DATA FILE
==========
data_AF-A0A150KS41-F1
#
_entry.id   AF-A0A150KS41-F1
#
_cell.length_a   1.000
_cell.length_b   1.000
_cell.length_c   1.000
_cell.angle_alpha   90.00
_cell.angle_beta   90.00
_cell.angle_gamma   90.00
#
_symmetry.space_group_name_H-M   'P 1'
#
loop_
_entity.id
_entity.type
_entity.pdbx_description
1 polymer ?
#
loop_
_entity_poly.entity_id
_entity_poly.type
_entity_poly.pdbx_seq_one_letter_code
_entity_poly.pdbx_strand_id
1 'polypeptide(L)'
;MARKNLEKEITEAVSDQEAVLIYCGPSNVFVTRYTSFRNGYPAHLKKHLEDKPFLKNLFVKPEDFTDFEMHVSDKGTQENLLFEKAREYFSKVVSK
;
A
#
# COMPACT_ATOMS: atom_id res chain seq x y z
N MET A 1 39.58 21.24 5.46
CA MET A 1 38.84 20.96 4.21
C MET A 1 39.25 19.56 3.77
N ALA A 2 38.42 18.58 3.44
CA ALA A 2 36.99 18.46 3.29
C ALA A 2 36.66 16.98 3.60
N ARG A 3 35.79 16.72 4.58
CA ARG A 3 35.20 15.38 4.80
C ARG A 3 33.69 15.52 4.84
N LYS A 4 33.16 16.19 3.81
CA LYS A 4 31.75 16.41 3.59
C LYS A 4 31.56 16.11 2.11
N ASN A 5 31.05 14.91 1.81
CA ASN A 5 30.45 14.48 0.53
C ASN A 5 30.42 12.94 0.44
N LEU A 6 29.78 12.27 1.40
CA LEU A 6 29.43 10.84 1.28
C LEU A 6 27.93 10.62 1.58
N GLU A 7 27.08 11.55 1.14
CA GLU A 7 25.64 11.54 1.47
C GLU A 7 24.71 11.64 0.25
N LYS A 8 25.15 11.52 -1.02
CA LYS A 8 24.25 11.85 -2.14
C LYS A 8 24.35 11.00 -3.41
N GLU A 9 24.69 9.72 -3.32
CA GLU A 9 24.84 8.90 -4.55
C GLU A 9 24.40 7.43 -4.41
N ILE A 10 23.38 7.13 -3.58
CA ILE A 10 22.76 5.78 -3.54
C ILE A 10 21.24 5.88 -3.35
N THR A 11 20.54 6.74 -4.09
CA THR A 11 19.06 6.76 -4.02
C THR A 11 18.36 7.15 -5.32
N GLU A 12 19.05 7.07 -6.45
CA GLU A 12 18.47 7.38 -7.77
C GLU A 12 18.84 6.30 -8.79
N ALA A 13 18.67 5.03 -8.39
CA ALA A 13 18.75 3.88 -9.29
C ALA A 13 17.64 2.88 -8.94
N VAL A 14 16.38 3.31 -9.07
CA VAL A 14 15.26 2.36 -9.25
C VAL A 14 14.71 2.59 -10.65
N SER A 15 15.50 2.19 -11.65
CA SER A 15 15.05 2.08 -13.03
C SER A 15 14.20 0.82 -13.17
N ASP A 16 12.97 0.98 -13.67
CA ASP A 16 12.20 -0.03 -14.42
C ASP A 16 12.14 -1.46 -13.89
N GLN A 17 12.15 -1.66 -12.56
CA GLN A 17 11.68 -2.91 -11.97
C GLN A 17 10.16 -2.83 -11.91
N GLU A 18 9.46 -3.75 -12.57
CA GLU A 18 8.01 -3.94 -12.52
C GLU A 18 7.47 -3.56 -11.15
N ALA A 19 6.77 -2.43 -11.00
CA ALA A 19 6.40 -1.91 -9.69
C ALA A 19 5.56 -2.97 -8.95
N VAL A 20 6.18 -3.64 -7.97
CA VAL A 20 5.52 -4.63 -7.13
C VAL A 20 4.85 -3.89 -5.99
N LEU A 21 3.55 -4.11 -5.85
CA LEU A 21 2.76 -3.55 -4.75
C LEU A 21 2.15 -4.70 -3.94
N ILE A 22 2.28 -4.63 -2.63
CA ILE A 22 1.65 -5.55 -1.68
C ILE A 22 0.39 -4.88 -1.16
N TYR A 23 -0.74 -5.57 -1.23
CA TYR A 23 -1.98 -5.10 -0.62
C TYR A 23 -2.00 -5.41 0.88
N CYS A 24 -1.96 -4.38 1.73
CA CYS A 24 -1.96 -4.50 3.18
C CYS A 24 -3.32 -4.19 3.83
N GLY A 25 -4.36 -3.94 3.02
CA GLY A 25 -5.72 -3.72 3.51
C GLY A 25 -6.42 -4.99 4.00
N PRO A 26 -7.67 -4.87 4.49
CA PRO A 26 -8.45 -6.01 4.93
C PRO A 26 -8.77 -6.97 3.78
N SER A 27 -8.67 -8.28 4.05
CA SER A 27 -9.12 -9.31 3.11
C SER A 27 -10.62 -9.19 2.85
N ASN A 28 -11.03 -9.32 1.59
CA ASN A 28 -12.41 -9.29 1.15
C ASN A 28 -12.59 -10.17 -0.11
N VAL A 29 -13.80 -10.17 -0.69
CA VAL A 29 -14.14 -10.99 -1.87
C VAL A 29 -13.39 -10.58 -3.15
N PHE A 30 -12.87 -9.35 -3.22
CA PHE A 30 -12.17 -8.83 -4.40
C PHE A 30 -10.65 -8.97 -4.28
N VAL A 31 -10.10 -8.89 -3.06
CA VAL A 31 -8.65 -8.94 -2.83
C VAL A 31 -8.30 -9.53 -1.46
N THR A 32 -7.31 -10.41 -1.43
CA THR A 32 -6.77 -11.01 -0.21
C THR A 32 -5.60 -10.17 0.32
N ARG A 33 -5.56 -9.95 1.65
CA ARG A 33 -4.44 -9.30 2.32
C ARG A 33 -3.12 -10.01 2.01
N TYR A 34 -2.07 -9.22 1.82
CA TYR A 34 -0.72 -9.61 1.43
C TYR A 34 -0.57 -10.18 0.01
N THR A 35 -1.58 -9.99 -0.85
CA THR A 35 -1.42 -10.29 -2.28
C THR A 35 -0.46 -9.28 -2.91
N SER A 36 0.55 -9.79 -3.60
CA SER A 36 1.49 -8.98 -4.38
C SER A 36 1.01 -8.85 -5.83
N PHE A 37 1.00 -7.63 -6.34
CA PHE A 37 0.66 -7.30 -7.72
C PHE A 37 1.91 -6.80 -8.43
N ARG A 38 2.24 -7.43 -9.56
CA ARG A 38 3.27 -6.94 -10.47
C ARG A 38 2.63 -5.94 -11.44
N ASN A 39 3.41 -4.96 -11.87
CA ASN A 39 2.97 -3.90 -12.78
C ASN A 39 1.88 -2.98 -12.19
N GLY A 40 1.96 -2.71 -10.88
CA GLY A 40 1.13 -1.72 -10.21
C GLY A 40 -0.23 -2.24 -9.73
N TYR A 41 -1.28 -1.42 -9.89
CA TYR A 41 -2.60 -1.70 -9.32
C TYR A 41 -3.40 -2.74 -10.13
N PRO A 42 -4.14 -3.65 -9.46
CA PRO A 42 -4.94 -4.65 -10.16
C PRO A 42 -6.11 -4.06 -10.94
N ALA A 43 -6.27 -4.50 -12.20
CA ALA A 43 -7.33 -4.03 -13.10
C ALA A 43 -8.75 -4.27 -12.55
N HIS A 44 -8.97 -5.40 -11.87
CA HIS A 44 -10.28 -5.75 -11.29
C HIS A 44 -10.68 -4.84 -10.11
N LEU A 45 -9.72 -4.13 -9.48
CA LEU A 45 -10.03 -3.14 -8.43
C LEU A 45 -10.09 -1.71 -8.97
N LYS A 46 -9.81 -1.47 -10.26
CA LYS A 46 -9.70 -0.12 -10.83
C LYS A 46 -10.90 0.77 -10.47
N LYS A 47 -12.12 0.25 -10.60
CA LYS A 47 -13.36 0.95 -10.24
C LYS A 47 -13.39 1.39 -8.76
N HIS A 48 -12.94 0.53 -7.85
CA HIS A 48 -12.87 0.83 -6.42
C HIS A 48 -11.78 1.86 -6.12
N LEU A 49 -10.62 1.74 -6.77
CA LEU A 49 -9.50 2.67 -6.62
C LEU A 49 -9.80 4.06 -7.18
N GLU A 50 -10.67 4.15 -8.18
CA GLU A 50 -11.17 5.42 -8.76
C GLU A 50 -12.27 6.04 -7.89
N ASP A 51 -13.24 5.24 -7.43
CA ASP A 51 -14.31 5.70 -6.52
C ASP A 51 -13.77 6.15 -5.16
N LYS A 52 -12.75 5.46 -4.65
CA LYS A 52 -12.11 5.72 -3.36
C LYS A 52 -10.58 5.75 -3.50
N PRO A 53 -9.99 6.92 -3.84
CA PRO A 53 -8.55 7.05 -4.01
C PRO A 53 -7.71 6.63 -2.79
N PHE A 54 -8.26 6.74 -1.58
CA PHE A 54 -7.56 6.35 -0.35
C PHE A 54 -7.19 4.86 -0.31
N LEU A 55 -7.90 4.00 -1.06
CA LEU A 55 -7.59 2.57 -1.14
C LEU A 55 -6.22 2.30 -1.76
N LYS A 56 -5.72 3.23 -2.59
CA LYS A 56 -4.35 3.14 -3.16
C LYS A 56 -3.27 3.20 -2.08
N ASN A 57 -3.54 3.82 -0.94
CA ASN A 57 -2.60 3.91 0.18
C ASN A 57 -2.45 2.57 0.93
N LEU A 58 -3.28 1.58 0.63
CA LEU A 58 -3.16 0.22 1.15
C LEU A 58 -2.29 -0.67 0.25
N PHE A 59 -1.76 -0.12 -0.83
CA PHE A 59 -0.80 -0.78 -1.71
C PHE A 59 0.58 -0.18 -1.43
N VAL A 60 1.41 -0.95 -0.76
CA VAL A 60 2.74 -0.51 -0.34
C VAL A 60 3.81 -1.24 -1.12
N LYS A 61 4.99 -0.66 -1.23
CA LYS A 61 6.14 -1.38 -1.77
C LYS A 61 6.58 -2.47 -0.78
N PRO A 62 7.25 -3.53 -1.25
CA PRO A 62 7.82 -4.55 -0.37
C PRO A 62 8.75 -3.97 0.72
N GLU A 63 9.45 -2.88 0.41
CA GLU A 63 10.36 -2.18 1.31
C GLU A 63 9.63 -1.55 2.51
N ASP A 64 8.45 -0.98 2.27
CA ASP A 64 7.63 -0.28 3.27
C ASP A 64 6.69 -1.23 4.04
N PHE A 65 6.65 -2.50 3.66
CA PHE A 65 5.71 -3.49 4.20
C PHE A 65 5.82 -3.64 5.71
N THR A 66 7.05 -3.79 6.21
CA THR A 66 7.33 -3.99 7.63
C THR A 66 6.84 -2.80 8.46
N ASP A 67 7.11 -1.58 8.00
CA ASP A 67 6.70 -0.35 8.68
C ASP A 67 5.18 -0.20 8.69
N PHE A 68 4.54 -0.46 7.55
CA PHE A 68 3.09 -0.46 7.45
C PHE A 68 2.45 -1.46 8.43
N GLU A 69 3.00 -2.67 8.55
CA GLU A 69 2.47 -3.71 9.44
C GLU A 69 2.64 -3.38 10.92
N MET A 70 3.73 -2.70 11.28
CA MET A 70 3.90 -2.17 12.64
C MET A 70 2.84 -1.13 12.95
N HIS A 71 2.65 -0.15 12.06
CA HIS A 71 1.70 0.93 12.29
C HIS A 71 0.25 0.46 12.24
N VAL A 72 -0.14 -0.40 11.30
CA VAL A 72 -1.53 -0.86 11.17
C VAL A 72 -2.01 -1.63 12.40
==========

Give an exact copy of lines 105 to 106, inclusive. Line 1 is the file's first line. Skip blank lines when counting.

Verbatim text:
C GLY A 25 -6.42 -4.99 4.00
N PRO A 26 -7.67 -4.87 4.49